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Ranking of Dwelling Types in Terms of Overheating Risk And Sensitivity to Climate Change

Overheating in buildings is expected to increase as global warming continues. This could lead to heatrelated problems ranging from thermal-discomfort and productivity-reduction to illness as well as death. From the indoor-overheating point of view, the sensitivity of 9,216 Dutch dwelling-case to the climate change is quantified and ranked using detailed simulation and post-processing calculations. The results show that the sensitivity depends significantly on the dwelling’s design/operation characteristics. Minimally-ventilated dwellings are the most sensitive ones.

The impact of increased airflow rates on indoor temperatures of passive house in The Netherlands

The increasing number of highly insulated and air tight buildings leads to the concern of indoor environment overheating and related comfort and health issues. This can already happen in a temperate climate as found in the Netherlands. This work studies the ventilative cooling process as a possibility to avoid overheated dwellings. A monitored dutch passive house was modelled in Trnsys and the impact of increasing air flow rates on indoor temperatures was simulated. The most overheated zone was chosen to be analysed.

Facing the global overheating through mitigation and adaptation technologies - the role of ventilation

Regional climate change in cities is the most documented phenomenon of climate change . Higher urban temperatures are  documented experimentally for more than 450 major cities in the world. Numerous investigations demonstrate that the mean magnitude of the temperature increase may exceed 4-6 C, while at the peak it may exceed  10 C. The serious increase of the frequency and the strength of heat waves creates strong synergies between the global and regional climate change and intensify the magnitude of the overheating 

Potential of mechanical ventilation for reducing overheating risks in retrofitted Danish apartment buildings from the period 1850-1890 – A simulation-based study

Advancing energy efficient renovation solutions in buildings necessitate adopting high-insulation and airtightness to avoid heat loss through transmission and infiltration, which can result in overheating. Elevated indoor temperatures have a highly negative effect on building occupants’ health, wellbeing and productivity. With the possibility of remote working, people spend more time at home, and therefore addressing the elevated indoor temperatures and the overheating risks in residential buildings proves to be essential.

Automated window opening control system to address thermal discomfort risk in energy renovated dwellings. Summertime assessment

Major and deep energy renovations of single-family houses (more than 60% of the building stock) are expected in Europe over the next several years (Psomas et al., 2016a). A number of research projects have documented and verified overheating risk during the design and operation phase in nearly zero energy or existing renovated single-family houses without mechanical cooling systems in temperate climates. Post occupancy surveys and comfort studies have also monitored high indoor temperatures over 27oC and 28oC even in Northern countries (Psomas et al., 2016a).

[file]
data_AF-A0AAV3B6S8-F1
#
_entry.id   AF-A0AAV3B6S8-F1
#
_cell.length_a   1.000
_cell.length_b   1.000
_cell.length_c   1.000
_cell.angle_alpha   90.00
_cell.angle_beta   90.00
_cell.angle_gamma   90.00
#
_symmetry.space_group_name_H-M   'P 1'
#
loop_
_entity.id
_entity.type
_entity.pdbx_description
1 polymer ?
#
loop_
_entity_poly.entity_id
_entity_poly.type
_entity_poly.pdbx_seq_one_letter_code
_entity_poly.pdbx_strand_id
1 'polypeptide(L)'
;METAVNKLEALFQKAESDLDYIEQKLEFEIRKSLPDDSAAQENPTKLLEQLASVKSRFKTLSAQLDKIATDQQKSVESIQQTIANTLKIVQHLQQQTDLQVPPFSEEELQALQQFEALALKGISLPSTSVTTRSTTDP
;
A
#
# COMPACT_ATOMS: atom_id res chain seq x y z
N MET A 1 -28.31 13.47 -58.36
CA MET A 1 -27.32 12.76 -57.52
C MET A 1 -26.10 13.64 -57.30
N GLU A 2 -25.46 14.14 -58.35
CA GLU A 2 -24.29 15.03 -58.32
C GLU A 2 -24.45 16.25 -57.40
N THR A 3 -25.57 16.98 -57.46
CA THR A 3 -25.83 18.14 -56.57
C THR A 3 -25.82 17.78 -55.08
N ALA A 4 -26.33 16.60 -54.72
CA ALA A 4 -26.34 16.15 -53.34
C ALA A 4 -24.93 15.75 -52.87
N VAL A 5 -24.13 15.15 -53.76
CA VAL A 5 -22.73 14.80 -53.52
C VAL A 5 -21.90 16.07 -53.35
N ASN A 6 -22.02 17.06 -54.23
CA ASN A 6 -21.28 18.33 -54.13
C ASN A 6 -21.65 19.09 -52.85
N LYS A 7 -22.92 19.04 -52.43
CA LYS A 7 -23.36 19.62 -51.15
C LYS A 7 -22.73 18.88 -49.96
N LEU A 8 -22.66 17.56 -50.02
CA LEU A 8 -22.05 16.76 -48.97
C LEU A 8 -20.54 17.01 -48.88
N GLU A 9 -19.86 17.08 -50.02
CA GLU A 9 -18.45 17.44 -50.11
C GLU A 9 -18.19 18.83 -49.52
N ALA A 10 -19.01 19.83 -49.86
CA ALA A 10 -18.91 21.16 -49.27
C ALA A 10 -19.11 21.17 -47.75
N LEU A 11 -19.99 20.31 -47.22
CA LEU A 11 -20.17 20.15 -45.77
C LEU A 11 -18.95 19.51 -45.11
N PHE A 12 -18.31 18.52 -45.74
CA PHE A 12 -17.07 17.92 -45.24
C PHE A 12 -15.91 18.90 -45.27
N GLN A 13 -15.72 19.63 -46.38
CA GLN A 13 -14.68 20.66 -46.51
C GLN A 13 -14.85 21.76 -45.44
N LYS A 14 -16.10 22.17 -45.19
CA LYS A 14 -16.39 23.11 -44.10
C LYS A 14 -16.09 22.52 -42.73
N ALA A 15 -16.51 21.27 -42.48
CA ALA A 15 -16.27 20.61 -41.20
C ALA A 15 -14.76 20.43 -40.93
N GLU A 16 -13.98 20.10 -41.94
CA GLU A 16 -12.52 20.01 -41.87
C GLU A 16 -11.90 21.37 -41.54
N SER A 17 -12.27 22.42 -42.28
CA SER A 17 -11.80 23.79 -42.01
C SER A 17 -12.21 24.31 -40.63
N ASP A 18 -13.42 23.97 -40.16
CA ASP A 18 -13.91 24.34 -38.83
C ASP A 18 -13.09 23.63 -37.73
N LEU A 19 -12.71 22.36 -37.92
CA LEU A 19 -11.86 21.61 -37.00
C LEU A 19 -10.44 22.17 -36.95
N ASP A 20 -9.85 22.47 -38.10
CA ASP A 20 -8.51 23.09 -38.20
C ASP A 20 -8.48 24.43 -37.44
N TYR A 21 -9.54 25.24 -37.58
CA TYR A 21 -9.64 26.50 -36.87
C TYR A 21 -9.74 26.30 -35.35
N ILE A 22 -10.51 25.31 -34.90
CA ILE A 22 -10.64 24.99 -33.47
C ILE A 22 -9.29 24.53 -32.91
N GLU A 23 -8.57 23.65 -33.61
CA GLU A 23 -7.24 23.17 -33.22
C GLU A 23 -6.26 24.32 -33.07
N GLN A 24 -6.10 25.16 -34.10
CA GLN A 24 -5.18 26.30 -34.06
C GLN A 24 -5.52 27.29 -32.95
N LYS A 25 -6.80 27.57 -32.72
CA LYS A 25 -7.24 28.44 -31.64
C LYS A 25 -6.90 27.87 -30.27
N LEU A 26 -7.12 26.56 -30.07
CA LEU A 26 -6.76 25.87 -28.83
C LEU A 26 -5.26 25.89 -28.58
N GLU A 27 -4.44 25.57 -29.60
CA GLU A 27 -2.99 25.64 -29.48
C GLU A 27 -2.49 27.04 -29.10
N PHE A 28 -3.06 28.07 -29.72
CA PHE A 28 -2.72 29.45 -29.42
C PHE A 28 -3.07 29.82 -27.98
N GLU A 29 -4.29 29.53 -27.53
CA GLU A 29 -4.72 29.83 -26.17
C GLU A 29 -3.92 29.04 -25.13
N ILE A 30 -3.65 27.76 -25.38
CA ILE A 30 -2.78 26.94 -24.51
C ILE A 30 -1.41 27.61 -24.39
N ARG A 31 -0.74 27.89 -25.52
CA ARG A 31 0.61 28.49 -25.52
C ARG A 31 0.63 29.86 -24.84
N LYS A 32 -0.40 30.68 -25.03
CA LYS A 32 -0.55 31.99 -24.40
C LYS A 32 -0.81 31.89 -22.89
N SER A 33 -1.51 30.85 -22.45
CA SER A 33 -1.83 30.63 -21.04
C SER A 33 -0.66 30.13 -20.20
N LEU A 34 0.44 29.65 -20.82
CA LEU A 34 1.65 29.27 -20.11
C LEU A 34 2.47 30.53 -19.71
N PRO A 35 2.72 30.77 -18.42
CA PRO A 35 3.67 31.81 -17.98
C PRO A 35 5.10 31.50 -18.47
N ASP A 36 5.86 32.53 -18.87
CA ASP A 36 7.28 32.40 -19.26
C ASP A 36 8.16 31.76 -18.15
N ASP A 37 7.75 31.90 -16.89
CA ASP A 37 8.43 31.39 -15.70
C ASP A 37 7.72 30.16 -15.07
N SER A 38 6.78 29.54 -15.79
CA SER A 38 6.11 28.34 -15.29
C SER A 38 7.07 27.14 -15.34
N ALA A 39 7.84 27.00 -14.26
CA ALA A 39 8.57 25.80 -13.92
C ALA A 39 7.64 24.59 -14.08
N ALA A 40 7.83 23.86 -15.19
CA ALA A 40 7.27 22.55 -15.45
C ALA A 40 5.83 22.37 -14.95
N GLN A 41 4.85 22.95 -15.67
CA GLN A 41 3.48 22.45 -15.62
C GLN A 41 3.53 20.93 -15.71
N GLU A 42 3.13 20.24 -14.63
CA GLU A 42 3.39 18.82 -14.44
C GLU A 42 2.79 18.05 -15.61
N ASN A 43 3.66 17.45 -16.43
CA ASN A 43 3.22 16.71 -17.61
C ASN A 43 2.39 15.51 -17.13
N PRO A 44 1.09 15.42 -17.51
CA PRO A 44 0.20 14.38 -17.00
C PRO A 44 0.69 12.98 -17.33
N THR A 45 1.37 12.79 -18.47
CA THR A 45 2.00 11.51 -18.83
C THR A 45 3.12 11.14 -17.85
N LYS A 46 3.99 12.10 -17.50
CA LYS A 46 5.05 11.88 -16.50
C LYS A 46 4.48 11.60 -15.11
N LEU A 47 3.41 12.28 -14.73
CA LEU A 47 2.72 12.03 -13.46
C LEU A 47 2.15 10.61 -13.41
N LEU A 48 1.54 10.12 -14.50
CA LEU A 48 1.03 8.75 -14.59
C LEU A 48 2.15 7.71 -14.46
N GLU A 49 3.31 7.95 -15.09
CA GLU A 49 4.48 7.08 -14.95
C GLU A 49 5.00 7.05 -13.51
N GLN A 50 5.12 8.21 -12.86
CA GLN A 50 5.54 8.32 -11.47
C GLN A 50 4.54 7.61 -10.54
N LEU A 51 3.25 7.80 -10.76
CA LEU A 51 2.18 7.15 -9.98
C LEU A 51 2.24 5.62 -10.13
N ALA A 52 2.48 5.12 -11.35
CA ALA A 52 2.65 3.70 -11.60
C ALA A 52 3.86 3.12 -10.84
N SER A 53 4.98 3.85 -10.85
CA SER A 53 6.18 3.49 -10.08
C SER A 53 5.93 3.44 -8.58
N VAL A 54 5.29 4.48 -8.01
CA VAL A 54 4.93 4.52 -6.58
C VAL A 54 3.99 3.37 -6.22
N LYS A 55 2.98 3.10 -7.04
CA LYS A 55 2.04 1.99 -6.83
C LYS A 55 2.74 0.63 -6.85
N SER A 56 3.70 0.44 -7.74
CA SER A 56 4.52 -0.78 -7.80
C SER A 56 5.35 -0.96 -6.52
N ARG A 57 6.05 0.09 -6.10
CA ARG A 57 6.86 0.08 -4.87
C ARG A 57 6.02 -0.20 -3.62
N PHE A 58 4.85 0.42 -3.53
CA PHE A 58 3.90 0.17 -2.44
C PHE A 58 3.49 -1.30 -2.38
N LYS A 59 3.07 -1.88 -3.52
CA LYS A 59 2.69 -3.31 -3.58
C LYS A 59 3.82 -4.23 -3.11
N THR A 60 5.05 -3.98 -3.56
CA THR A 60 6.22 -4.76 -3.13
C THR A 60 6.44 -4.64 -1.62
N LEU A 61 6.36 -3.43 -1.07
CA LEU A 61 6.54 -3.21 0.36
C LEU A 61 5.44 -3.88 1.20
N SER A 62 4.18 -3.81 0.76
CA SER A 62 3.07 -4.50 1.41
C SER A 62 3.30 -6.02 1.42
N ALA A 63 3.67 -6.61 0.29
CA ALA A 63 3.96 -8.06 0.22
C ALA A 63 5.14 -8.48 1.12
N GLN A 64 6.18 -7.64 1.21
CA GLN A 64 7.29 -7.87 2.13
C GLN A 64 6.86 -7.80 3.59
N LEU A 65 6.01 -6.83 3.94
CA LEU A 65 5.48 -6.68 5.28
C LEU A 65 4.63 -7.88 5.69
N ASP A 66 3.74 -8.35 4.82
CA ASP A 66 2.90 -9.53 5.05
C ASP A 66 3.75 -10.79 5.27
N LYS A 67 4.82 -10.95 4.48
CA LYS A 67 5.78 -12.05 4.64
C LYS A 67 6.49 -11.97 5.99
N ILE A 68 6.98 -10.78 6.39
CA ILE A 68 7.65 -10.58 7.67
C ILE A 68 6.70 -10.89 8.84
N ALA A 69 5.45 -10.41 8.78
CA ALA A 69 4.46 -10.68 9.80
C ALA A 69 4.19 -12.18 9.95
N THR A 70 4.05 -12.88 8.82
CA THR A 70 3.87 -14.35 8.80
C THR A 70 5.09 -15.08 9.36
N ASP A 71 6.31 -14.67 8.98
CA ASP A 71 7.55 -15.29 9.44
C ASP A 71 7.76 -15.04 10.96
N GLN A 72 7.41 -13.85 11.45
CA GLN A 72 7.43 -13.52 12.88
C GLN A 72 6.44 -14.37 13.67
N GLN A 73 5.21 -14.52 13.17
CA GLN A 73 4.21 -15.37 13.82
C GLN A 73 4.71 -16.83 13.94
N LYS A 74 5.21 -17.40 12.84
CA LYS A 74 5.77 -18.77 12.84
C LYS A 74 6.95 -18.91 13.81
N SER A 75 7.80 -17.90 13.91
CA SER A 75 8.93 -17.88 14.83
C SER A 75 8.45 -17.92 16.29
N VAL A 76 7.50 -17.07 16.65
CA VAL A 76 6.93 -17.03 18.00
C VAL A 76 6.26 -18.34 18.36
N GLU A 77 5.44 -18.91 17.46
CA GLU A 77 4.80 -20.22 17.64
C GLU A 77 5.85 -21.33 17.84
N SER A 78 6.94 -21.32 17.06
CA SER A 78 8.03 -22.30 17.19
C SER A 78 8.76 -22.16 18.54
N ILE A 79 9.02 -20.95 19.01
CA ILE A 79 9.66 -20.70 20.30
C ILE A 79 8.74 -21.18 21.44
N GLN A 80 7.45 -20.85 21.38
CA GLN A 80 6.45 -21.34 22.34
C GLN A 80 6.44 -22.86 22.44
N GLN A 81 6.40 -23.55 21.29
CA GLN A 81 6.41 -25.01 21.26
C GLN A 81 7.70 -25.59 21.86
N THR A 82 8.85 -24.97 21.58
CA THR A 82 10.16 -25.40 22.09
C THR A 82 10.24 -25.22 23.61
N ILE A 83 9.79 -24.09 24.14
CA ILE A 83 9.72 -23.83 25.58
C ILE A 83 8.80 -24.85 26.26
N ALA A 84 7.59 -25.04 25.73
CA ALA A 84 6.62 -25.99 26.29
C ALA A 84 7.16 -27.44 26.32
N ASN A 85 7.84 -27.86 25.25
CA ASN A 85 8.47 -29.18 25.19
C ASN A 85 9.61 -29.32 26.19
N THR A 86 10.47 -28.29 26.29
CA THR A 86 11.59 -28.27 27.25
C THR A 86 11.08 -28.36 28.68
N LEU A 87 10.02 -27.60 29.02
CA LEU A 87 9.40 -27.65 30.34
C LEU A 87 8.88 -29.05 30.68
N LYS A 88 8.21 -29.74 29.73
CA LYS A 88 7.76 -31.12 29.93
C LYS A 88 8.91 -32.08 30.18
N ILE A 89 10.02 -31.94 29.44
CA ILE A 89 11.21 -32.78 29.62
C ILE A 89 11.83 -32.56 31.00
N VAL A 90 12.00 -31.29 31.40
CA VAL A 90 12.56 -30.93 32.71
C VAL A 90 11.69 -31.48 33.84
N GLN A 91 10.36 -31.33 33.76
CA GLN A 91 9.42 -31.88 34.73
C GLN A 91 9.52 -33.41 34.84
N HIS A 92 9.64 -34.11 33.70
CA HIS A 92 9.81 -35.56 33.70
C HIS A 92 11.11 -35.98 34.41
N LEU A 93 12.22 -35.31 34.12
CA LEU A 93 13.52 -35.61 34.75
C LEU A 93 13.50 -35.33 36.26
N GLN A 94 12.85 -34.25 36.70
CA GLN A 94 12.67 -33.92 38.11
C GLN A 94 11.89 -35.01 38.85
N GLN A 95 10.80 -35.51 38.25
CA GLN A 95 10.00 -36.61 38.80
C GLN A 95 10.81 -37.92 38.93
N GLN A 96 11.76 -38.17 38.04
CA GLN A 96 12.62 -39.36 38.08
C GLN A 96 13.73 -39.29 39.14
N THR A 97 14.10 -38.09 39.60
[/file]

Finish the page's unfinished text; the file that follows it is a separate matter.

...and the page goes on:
A Case Study assessing the impact of Shading Systems combined with Night-Time Ventilation strategies on Overheating within a Residential Property

Overheating in domestic homes, specifically in built up urban areas, has become a pressing problem throughout the UK. It is likely to become a costly energy problem in years to come if passive design strategies are not fully understood and integrated. This research looks to investigate how internal and external solar shading systems impact on operative temperatures when differing blinds together with a night time natural ventilation strategy are adopted within a renovated block of flats in North London.

Inter-model comparison of indoor overheating risk prediction for English dwellings

According to the 2016 Household Projections report, England’s housing stock could reach 28 million households by 2039 with approximately one fifth being new constructions. A significant proportion of these newly built dwellings may face a high risk of overheating as a result of the combined effects of climate change and more stringent building thermal efficiency standards, if not appropriately designed.

Challenges of using passive ventilation to control the overheating of dwellings in noisy environments

Where residential developments rely on opening windows to control overheating, there can be a compromise between allowing excessive noise ingress with windows open, or excessive temperatures with windows closed. This problem is exacerbated by the move towards better insulated, more airtight buildings and the need, particularly in urban areas, to consider development on noisier sites. A working group has been formed by the Association of Noise Consultants to provide guidance on acoustic conditions and design when considering both the provision of ventilation and prevention of overheating.

Ventilative cooling seminar on April 20, 2016, Cork

A half day seminar, organised by the Cork Institute of Technology in collaboration with IEA EBC Annex 62 – Ventilative Cooling, will be held on Wednesday, April 20, 2016 from 9:00 AM to 1:00 PM in Cork, Ireland.The event will present state of the art in utilising ventilation for reducing cooling energy demand and addressing the risk of overheating in low energy buildings.

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